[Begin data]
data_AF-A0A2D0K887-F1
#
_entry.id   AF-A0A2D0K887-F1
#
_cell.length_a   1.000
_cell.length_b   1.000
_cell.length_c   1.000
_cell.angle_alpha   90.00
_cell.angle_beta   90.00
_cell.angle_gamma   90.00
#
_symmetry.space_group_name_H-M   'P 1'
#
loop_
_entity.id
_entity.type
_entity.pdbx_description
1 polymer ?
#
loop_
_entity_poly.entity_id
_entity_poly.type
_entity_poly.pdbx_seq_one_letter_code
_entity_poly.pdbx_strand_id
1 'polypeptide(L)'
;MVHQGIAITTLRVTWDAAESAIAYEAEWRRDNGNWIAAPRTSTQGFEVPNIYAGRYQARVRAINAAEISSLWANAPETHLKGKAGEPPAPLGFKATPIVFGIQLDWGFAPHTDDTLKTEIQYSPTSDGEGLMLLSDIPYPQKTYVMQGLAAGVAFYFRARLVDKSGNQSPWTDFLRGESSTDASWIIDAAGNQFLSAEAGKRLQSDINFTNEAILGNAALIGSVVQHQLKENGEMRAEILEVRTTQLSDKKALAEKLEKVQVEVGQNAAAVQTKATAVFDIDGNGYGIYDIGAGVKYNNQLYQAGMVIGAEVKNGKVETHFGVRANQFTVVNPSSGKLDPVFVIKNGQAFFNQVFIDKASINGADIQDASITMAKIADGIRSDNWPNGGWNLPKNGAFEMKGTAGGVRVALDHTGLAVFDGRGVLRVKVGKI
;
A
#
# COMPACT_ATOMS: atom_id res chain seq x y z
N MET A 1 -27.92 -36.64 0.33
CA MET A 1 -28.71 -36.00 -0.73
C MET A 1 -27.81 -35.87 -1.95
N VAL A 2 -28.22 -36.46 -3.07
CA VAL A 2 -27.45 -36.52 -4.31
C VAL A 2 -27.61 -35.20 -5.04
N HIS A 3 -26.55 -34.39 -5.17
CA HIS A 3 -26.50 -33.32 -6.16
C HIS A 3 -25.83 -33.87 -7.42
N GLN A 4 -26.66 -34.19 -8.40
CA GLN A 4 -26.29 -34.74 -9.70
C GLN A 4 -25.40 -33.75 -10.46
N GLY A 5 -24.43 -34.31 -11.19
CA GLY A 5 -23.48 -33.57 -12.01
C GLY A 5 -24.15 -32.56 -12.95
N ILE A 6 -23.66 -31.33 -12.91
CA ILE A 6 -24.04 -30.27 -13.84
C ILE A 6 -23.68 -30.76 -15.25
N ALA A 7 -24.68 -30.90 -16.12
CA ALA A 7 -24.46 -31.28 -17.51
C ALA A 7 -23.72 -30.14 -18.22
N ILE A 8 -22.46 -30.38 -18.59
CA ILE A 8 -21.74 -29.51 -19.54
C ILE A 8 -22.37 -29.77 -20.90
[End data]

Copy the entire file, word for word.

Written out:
data_AF-A0A2D0K887-F1
#
_entry.id   AF-A0A2D0K887-F1
#
_cell.length_a   1.000
_cell.length_b   1.000
_cell.length_c   1.000
_cell.angle_alpha   90.00
_cell.angle_beta   90.00
_cell.angle_gamma   90.00
#
_symmetry.space_group_name_H-M   'P 1'
#
loop_
_entity.id
_entity.type
_entity.pdbx_description
1 polymer ?
#
loop_
_entity_poly.entity_id
_entity_poly.type
_entity_poly.pdbx_seq_one_letter_code
_entity_poly.pdbx_strand_id
1 'polypeptide(L)'
;MVHQGIAITTLRVTWDAAESAIAYEAEWRRDNGNWIAAPRTSTQGFEVPNIYAGRYQARVRAINAAEISSLWANAPETHLKGKAGEPPAPLGFKATPIVFGIQLDWGFAPHTDDTLKTEIQYSPTSDGEGLMLLSDIPYPQKTYVMQGLAAGVAFYFRARLVDKSGNQSPWTDFLRGESSTDASWIIDAAGNQFLSAEAGKRLQSDINFTNEAILGNAALIGSVVQHQLKENGEMRAEILEVRTTQLSDKKALAEKLEKVQVEVGQNAAAVQTKATAVFDIDGNGYGIYDIGAGVKYNNQLYQAGMVIGAEVKNGKVETHFGVRANQFTVVNPSSGKLDPVFVIKNGQAFFNQVFIDKASINGADIQDASITMAKIADGIRSDNWPNGGWNLPKNGAFEMKGTAGGVRVALDHTGLAVFDGRGVLRVKVGKI
;
A
#
# COMPACT_ATOMS: atom_id res chain seq x y z
N MET A 1 -27.92 -36.64 0.33
CA MET A 1 -28.71 -36.00 -0.73
C MET A 1 -27.81 -35.87 -1.95
N VAL A 2 -28.22 -36.46 -3.07
CA VAL A 2 -27.45 -36.52 -4.31
C VAL A 2 -27.61 -35.20 -5.04
N HIS A 3 -26.55 -34.39 -5.17
CA HIS A 3 -26.50 -33.32 -6.16
C HIS A 3 -25.83 -33.87 -7.42
N GLN A 4 -26.66 -34.19 -8.40
CA GLN A 4 -26.29 -34.74 -9.70
C GLN A 4 -25.40 -33.75 -10.46
N GLY A 5 -24.43 -34.31 -11.19
CA GLY A 5 -23.48 -33.57 -12.01
C GLY A 5 -24.15 -32.56 -12.95
N ILE A 6 -23.66 -31.33 -12.91
CA ILE A 6 -24.04 -30.27 -13.84
C ILE A 6 -23.68 -30.76 -15.25
N ALA A 7 -24.68 -30.90 -16.12
CA ALA A 7 -24.46 -31.28 -17.51
C ALA A 7 -23.72 -30.14 -18.22
N ILE A 8 -22.46 -30.38 -18.59
CA ILE A 8 -21.74 -29.51 -19.54
C ILE A 8 -22.37 -29.77 -20.90